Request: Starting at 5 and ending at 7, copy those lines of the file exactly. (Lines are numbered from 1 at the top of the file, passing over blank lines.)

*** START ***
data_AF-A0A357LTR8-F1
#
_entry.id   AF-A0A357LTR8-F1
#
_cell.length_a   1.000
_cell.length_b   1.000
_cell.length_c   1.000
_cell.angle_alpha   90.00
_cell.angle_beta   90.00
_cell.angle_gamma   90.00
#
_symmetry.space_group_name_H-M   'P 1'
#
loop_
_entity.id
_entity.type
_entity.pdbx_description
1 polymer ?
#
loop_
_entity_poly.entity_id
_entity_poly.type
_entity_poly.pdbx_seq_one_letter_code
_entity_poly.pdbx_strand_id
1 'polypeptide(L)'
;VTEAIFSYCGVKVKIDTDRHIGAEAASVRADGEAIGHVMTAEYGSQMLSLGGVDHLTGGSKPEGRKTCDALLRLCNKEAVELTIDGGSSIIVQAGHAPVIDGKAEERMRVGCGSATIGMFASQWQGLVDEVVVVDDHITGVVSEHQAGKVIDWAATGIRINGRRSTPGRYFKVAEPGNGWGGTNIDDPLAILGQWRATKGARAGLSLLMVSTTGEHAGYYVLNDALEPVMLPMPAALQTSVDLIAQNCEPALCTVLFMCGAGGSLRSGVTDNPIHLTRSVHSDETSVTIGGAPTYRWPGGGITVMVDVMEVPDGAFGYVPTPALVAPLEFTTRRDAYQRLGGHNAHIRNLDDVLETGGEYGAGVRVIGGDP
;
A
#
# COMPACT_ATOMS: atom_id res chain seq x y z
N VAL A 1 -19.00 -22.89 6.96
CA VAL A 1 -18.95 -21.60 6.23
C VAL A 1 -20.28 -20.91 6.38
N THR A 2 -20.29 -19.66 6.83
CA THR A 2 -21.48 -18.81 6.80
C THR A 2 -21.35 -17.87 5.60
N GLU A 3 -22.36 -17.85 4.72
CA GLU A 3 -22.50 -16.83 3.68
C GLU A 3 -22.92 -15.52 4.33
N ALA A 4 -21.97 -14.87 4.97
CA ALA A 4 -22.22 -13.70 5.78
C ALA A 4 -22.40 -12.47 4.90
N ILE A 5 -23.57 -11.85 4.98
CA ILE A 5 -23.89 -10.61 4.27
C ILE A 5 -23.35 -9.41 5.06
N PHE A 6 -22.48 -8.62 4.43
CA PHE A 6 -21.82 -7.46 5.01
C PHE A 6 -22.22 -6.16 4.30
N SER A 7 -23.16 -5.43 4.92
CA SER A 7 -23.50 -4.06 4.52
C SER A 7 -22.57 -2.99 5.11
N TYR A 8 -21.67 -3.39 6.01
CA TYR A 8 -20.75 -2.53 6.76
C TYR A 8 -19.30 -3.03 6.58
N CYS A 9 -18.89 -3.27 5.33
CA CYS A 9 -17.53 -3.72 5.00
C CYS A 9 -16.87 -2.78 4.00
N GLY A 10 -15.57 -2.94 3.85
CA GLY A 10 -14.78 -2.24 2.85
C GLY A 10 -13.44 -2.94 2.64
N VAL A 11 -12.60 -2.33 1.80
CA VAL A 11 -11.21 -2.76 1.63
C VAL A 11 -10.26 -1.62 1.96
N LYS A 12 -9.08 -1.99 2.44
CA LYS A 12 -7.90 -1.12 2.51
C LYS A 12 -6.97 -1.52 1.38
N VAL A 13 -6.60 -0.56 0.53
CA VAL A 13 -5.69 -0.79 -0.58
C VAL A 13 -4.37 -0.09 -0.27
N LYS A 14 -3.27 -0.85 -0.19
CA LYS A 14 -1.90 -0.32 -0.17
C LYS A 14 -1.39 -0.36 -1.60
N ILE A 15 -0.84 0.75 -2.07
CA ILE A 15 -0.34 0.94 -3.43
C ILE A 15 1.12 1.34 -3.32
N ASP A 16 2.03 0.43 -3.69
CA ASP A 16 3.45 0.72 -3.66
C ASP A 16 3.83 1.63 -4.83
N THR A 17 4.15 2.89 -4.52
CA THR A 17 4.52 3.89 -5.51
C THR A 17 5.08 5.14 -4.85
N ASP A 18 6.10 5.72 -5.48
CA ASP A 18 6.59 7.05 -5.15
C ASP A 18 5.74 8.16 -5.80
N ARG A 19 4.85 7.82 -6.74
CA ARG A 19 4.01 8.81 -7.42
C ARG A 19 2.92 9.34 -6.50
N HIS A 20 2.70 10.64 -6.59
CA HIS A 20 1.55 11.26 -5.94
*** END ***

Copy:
_cell.length_a   1.000
_cell.length_b   1.000
_cell.length_c   1.000